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Story of an American Baloch who spent 10 months in ISI dungeons

April 19, 2017, 7:36 PM IST Ahmar Mustikhan


“My personal enmity is only with the ISI,” US citizen Afzal Bugti, 57, a successful businessman from Chicago, who went back to Pakistan, said. There were rumors that he had been abducted because of personal enmity when he vanished into thin air in May 2016, trackless. Bugti’s cardinal son: talking on the phone with his tribal chief, who is also his party chief, Nawab Brahumdagh Bugti in Geneva.

“I am alive today simply because I am an American,” Bugti said on phone from Karachi. “For 10 long months I did not see the light of the day, when I was freed from the dungeon my eyes could not stand the day’s light.”

Spooks of the infamous Inter-Services Intelligence descended on his apartment in upper middle class Phase 6 Defense Housing Authority apartment on the morning of May 4, 2016. “They were four or five people in militia uniform. They handcuffed me and put a mask on my face,” Bugti said. Afzal Bugti was then taken to an ISI torture chamber in Malir cantonment. “Their first question was ‘who do you have in Switzerland? What are your relations with Brahumdagh Bugti?’,” the ISI spooks asked him. Afzal Bugti replied, “Brahumdagh Bugti is my relative. My late father Judge Ali Dost Bugti and Brahumdagh Bugti’s grandfather Nawab Akbar Khan Bugti were first cousins. In addition I am member of his party, the Baloch Republican Party.”

He said the ISI sleuths chained his legs in Malir cantonment. “I was kept in a five by seven feet cage with four other inmates.”

“I was kept without water or food for 24 or more hours. Was not allowed to sleep with light bulb shining before my eyes. When I said I have done nothing and don’t know nothing they would say, ‘You are lying.’ They used water boarding. They would overpower me and shove my face and head in water. I felt as if I was dead.”

He said after he would faint they would take him back to the cell. “Then again the torture would begin all over again., which included beatings and hanging me upside down.”

One of the main questions he was asked was “Where are the Sarmachars (Baloch freedom fighters)?” Bugti said he told his tormentors he was willing to give them in writing that he was the head of the Baloch uprising. At the ISI dungeon in Malir Cantonment, “They asked me all whole lot of questions, ‘What is your relations with people on Facebook? Who gives the money for holding Nawab Bugti’s anniversary? Who funds the Baloch militants, India or Afghanistan? Where is your money?” He said he offered to show them his bank statements to convince them all his monies were invested in properties, worth $ 2 million. “I told them everything I have is written in black and white.”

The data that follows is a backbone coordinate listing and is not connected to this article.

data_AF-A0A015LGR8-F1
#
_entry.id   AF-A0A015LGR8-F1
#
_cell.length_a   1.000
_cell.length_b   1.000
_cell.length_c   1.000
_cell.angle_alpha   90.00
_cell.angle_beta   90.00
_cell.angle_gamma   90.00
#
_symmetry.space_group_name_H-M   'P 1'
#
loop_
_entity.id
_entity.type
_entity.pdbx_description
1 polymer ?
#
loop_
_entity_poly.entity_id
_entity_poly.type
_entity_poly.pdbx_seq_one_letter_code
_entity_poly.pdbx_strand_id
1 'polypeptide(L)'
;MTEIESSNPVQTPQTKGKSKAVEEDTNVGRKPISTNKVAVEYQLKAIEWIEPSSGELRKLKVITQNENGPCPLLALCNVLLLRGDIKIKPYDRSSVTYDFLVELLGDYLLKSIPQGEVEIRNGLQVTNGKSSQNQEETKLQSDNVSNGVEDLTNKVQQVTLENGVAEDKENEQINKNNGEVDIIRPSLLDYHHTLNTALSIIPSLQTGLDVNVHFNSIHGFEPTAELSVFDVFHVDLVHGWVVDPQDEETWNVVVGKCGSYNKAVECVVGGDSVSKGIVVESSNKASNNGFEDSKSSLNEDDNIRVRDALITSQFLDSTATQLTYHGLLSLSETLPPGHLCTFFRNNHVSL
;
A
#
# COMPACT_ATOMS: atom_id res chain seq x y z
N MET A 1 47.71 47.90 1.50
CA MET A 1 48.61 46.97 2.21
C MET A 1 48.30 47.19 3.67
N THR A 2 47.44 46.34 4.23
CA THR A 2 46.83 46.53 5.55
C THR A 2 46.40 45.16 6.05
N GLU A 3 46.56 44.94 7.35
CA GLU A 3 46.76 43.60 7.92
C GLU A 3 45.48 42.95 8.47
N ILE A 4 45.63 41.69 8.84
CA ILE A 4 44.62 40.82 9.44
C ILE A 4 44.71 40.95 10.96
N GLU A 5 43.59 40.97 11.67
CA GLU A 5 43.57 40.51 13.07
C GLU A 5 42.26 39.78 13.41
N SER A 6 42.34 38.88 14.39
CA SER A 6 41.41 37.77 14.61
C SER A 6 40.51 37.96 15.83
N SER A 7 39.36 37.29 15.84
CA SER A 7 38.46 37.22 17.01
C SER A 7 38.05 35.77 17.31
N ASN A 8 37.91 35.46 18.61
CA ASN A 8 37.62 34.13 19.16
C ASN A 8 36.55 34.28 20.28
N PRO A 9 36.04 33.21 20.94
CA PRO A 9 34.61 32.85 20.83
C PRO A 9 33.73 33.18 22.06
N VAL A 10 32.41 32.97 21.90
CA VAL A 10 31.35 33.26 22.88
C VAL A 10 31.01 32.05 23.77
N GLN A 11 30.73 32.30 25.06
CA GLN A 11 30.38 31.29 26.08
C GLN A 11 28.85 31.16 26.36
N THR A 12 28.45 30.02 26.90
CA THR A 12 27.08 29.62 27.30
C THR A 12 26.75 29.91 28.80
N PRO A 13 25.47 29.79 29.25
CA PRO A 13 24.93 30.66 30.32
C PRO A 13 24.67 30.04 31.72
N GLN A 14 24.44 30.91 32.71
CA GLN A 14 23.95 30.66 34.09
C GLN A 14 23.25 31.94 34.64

Bugti praises his brother-in-law Nabi Baloch for encouraging his sister Farah Baloch to travel to Karachi all the way from Cockseyville in Maryland, within 20 days of his enforced disappearance. A few weeks after she got to Karachi and began contact with the US consulate, the intense torture subsided. However, within six days of his abduction, the Federal Bureau of Investigation had also stepped in to save an American life.

After eight months of ISI captivity in Karachi and final two months in Islamabad, he was finally able to see the light of the day on March 9. “My eyes were all watery on seeing light and I could keep my eyes open,” he said. Bugti’s brother in law, Nabi Baloch, profusely thanked Senator Ben Cardin and his staff, especially caseworker Chris Pumphrey, who assisted the family in getting Ali Afzal Bugti released. “If was not for Senator Cardin, he would have been still in custody of Pakistani authorities,” Nabi Baloch said. “Credit also goes to US Consulate for their efforts to locate Mr Bugti and pressure Islamabad to have their citizen released. It was because of these efforts, we see Mr Bugti alive today.”

Farah Baloch, sister of Afzal Bugti, said she is elated her brother is alive. “I thought that I will never see him again, but I did not give up. I had full confidence in my American government to rescue my brother.”

Afzal Bugti thanks Hakim Baloch, member of parliament who belongs to the ruling Pakistan Muslim League Nawaz and M. Richardson, American Citizens Services officer and Rodney S. LeGrand, consular section chief at the US consulate in Karachi for saving his life.

On the final day of his captivity, the intelligence sleuths told him, “Listen up. Neither we know who you are, nor you know who we are. Be careful, there won’t be a second chance.” So when he went before the judge to officially close the case, Afzal Bugti said he said knew what the outcome would be if he told the truth to the judge– most judges in Pakistan are subservient to the omnipotent ISI. “I told the judge I was not feeling well due to stress. So I slipped away for a fiesta.” But to this correspondent, he said, “What I went through, I won’t wish it for my worst enemy.”

Bugti can indeed thank his lucky American stars he is alive. Zaffar Baloch, president of the Baloch National Movement in Toronto, says the most conservative figures, cited by human rights practitioners, is many as 1,800 people have fallen victim to Pakistan’s torture, kill and dump policy while the number of victims of enforced disappearances is more than 8,000.

Pakistan is a signatory to the Convention Against Torture but reports say torture is widely practiced by the state to crush dissent.

DISCLAIMER : Views expressed above are the author's own.


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